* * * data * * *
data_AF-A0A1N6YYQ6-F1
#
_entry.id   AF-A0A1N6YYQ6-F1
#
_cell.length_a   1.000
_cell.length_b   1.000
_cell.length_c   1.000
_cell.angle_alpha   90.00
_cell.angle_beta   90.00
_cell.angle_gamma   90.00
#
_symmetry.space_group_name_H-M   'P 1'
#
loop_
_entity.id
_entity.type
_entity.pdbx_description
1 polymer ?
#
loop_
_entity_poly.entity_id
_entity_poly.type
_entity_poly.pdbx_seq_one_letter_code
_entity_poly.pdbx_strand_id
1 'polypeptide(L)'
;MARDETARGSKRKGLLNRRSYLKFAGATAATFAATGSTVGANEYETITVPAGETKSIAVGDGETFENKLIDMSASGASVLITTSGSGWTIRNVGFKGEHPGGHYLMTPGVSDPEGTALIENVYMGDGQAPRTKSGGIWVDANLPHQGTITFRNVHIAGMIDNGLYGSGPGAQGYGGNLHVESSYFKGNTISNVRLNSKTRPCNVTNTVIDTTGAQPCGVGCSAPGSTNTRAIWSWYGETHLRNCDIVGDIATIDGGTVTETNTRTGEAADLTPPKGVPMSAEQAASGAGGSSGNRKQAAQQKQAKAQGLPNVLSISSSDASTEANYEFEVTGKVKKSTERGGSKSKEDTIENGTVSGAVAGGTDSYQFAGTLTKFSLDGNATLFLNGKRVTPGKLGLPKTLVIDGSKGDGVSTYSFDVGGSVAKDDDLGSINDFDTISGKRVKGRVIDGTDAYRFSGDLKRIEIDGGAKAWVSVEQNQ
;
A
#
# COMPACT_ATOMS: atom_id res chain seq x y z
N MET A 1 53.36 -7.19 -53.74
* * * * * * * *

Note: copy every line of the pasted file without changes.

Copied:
data_AF-A0A1N6YYQ6-F1
#
_entry.id   AF-A0A1N6YYQ6-F1
#
_cell.length_a   1.000
_cell.length_b   1.000
_cell.length_c   1.000
_cell.angle_alpha   90.00
_cell.angle_beta   90.00
_cell.angle_gamma   90.00
#
_symmetry.space_group_name_H-M   'P 1'
#
loop_
_entity.id
_entity.type
_entity.pdbx_description
1 polymer ?
#
loop_
_entity_poly.entity_id
_entity_poly.type
_entity_poly.pdbx_seq_one_letter_code
_entity_poly.pdbx_strand_id
1 'polypeptide(L)'
;MARDETARGSKRKGLLNRRSYLKFAGATAATFAATGSTVGANEYETITVPAGETKSIAVGDGETFENKLIDMSASGASVLITTSGSGWTIRNVGFKGEHPGGHYLMTPGVSDPEGTALIENVYMGDGQAPRTKSGGIWVDANLPHQGTITFRNVHIAGMIDNGLYGSGPGAQGYGGNLHVESSYFKGNTISNVRLNSKTRPCNVTNTVIDTTGAQPCGVGCSAPGSTNTRAIWSWYGETHLRNCDIVGDIATIDGGTVTETNTRTGEAADLTPPKGVPMSAEQAASGAGGSSGNRKQAAQQKQAKAQGLPNVLSISSSDASTEANYEFEVTGKVKKSTERGGSKSKEDTIENGTVSGAVAGGTDSYQFAGTLTKFSLDGNATLFLNGKRVTPGKLGLPKTLVIDGSKGDGVSTYSFDVGGSVAKDDDLGSINDFDTISGKRVKGRVIDGTDAYRFSGDLKRIEIDGGAKAWVSVEQNQ
;
A
#
# COMPACT_ATOMS: atom_id res chain seq x y z
N MET A 1 53.36 -7.19 -53.74